I follow on Twitter cdziuba and tweeted http://twitter.com/cdziuba/status/10996071989

Guest's picture
Emily

"What is your most pressing tax question before April 15th?"

How long until I have to start claiming myself as an independent? I'm a third year college student.

Guest's picture
Jennifer B.

We did a small amount of stock trading this year through one of the big national websites. We got the tax form from them, but it doesn't mention Capital Gains. To be honest, I'm not really sure what Capital Gains are... Do I have to report anything beyond what is listed on the form?

Guest's picture
James

What is your most pressing tax question before April 15th?

Do I use turbotax for 35% off through my bank, or e-mail my accountant friend for the 3rd time to pay him to do my mostly straightforward return?

Guest's picture

I'm going to go with my dress clothes. I wish as a business owner I could deduct some or all of my suits, ties, dress shirts and shoes. These things can get pretty expensive and some of them don't wear as well as normal clothes.

Guest's picture

Now that I am thinking of making my blog a business... I put money into 'giveaway prizes'. Can and how do I write those off on my taxes. And if so, what is the cap?

Guest's picture
Ninja

Come on lucky #172.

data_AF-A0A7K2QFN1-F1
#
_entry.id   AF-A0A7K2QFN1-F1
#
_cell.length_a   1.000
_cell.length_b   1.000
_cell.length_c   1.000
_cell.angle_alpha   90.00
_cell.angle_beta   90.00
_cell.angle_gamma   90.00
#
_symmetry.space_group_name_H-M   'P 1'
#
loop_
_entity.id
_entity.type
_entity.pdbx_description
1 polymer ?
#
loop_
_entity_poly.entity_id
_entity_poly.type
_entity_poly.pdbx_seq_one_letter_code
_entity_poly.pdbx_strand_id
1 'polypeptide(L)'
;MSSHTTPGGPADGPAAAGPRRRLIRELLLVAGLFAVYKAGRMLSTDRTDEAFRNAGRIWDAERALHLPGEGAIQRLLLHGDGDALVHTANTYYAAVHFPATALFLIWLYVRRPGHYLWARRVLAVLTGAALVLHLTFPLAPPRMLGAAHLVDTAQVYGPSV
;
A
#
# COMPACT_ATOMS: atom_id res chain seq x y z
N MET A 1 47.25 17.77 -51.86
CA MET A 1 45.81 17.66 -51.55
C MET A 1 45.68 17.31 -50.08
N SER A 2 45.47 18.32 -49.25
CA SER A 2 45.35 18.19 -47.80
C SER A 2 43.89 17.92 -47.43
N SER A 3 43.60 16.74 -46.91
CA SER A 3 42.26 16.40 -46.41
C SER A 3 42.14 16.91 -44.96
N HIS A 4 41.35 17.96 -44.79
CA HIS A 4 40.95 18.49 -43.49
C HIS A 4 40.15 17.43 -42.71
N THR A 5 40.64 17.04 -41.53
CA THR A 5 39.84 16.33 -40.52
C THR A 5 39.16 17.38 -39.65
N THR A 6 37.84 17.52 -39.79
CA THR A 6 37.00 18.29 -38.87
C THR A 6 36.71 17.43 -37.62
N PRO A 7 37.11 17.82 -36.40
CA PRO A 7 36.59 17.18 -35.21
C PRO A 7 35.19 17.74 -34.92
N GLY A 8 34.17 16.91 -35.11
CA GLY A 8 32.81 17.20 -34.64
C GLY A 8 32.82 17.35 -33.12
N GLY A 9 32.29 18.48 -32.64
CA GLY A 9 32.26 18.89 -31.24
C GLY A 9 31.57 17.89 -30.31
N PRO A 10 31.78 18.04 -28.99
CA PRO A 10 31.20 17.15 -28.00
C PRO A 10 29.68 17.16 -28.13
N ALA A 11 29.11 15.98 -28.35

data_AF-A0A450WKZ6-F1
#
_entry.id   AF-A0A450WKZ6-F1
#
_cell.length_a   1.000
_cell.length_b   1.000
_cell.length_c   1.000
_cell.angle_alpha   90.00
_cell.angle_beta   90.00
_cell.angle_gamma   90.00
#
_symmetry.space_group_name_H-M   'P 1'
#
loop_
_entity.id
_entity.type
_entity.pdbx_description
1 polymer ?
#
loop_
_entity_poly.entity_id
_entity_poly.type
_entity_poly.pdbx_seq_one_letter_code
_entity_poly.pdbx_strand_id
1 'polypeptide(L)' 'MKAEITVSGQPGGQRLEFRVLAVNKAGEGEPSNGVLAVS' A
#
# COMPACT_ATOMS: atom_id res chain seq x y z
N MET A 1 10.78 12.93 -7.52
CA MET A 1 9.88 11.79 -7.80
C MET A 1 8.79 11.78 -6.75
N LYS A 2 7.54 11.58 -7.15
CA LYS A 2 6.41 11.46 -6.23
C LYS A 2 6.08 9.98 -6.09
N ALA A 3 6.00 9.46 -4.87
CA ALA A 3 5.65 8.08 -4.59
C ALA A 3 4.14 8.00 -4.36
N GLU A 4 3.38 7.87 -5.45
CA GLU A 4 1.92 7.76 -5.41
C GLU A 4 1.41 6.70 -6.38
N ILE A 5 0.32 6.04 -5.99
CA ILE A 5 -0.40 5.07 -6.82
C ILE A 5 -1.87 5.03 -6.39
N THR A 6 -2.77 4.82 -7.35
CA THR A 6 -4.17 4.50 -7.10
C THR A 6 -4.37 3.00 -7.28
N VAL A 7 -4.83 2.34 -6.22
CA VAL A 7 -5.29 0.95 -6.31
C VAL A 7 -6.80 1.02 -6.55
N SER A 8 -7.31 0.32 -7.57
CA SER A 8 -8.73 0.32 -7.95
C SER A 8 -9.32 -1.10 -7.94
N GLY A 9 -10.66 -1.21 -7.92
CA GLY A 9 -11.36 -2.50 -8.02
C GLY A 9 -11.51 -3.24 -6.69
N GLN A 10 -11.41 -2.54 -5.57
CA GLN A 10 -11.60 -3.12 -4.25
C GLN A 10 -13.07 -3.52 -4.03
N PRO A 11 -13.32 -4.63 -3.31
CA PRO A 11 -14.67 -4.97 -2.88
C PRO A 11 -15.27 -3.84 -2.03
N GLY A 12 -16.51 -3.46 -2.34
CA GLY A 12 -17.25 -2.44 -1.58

I've always wondered about my blog. I made $1,100 blogging last year and plan to file it as on a Schedule C, but wonder if that is right? Especially since I don't have a business license for my blog? Do I need that license or not? Ahhh confusion.

Guest's picture
Annette D

If I won $1500 in an online contest, would I consider it income for tax purposes?

Guest's picture
ArchRaid

What is your most pressing tax question before April 15th?

If I were to buy my fiancee's house right now (before April 15th), could I claim the $8000 tax credit even though we are getting married in October and most likely filing jointly next year?

Guest's picture
Steph

My most pressing question is how the best way to go about taxes when newly married! A Pro? Online?

Guest's picture
Joe

I think the meals and entertainment deduction is often abused in the business setting. You hear the stories of the businessmen and women going to a high-end restaurant or golf course and talking shop for the first few minutes so it can be written off as a business expense. That, and taking a "business trip" to a tropical destination only to attend a 2-hour seminar and then spending the rest of the week or weekend as a personal vacation.

Guest's picture
Robin Woody

I would like to see training events, seminars, etc., be deductible. These are crucial to staying up with current trends and learning new ideas that enable us to be competitive in the marketplace.

Guest's picture
Jaime

If I have won a prize and got a 1099, but I think the prize worth less than what the 1099 claims to be, and I have solid support for that. Can I adjust the 1099 amount on my return?

Guest's picture
PT

my diet cokes. it's the fuel i use to run my online business. since i work late at night often, after business hours, i feel it's a necessity.

Guest's picture
Gail Crawford

My tax question is what percentage of money do we have to pay if we when like $.10000